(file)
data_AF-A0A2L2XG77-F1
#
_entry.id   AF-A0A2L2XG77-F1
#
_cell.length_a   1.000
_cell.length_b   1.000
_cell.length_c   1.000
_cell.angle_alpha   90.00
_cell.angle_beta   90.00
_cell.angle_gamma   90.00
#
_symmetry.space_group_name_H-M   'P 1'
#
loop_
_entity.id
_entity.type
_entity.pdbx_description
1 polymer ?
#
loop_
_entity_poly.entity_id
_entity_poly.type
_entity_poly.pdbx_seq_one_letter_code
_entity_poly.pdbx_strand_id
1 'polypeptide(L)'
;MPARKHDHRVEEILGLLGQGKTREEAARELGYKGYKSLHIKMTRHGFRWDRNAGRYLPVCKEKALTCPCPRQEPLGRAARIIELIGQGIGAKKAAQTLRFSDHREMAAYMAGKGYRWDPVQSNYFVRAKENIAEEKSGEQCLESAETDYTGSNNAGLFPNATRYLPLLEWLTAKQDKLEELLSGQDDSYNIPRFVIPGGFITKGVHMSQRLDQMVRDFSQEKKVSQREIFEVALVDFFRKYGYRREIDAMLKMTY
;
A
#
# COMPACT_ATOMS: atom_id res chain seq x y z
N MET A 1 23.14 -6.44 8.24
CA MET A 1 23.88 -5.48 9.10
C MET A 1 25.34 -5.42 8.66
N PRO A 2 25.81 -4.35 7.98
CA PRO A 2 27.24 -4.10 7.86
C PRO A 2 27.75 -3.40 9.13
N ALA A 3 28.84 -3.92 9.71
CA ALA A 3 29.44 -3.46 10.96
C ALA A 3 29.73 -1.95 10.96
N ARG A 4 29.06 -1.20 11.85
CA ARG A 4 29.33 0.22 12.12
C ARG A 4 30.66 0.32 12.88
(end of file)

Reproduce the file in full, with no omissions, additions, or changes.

data_AF-A0A2L2XG77-F1
#
_entry.id   AF-A0A2L2XG77-F1
#
_cell.length_a   1.000
_cell.length_b   1.000
_cell.length_c   1.000
_cell.angle_alpha   90.00
_cell.angle_beta   90.00
_cell.angle_gamma   90.00
#
_symmetry.space_group_name_H-M   'P 1'
#
loop_
_entity.id
_entity.type
_entity.pdbx_description
1 polymer ?
#
loop_
_entity_poly.entity_id
_entity_poly.type
_entity_poly.pdbx_seq_one_letter_code
_entity_poly.pdbx_strand_id
1 'polypeptide(L)'
;MPARKHDHRVEEILGLLGQGKTREEAARELGYKGYKSLHIKMTRHGFRWDRNAGRYLPVCKEKALTCPCPRQEPLGRAARIIELIGQGIGAKKAAQTLRFSDHREMAAYMAGKGYRWDPVQSNYFVRAKENIAEEKSGEQCLESAETDYTGSNNAGLFPNATRYLPLLEWLTAKQDKLEELLSGQDDSYNIPRFVIPGGFITKGVHMSQRLDQMVRDFSQEKKVSQREIFEVALVDFFRKYGYRREIDAMLKMTY
;
A
#
# COMPACT_ATOMS: atom_id res chain seq x y z
N MET A 1 23.14 -6.44 8.24
CA MET A 1 23.88 -5.48 9.10
C MET A 1 25.34 -5.42 8.66
N PRO A 2 25.81 -4.35 7.98
CA PRO A 2 27.24 -4.10 7.86
C PRO A 2 27.75 -3.40 9.13
N ALA A 3 28.84 -3.92 9.71
CA ALA A 3 29.44 -3.46 10.96
C ALA A 3 29.73 -1.95 10.96
N ARG A 4 29.06 -1.20 11.85
CA ARG A 4 29.33 0.22 12.12
C ARG A 4 30.66 0.32 12.88